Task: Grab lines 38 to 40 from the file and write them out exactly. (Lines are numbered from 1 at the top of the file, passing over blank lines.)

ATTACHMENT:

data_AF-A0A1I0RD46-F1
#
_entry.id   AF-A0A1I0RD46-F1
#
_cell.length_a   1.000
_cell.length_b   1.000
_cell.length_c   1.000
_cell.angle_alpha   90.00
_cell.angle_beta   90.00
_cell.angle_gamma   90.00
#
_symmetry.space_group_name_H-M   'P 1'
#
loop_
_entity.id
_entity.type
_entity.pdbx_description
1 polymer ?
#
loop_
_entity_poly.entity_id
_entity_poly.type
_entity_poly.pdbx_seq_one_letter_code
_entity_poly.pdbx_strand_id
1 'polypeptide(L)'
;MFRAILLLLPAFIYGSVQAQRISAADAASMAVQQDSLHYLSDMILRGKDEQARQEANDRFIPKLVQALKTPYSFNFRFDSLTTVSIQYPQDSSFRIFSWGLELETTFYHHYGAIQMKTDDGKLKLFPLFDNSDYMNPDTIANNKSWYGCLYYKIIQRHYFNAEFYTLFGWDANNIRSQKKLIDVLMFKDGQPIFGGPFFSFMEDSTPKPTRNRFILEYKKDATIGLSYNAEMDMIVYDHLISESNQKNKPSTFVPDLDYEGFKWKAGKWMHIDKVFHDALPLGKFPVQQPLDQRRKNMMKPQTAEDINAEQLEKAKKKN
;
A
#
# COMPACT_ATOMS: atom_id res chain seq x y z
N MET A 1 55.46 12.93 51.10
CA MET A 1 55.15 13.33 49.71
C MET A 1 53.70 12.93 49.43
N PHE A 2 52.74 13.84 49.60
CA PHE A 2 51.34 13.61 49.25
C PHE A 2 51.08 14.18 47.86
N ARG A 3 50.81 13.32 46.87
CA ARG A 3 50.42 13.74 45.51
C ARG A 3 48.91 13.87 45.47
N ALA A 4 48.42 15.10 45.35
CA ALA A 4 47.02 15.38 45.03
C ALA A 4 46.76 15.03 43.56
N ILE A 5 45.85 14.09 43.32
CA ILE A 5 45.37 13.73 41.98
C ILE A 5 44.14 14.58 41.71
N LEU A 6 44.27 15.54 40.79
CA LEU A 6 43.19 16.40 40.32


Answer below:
CA ARG A 3 50.42 13.74 45.51
C ARG A 3 48.91 13.87 45.47
N ALA A 4 48.42 15.10 45.35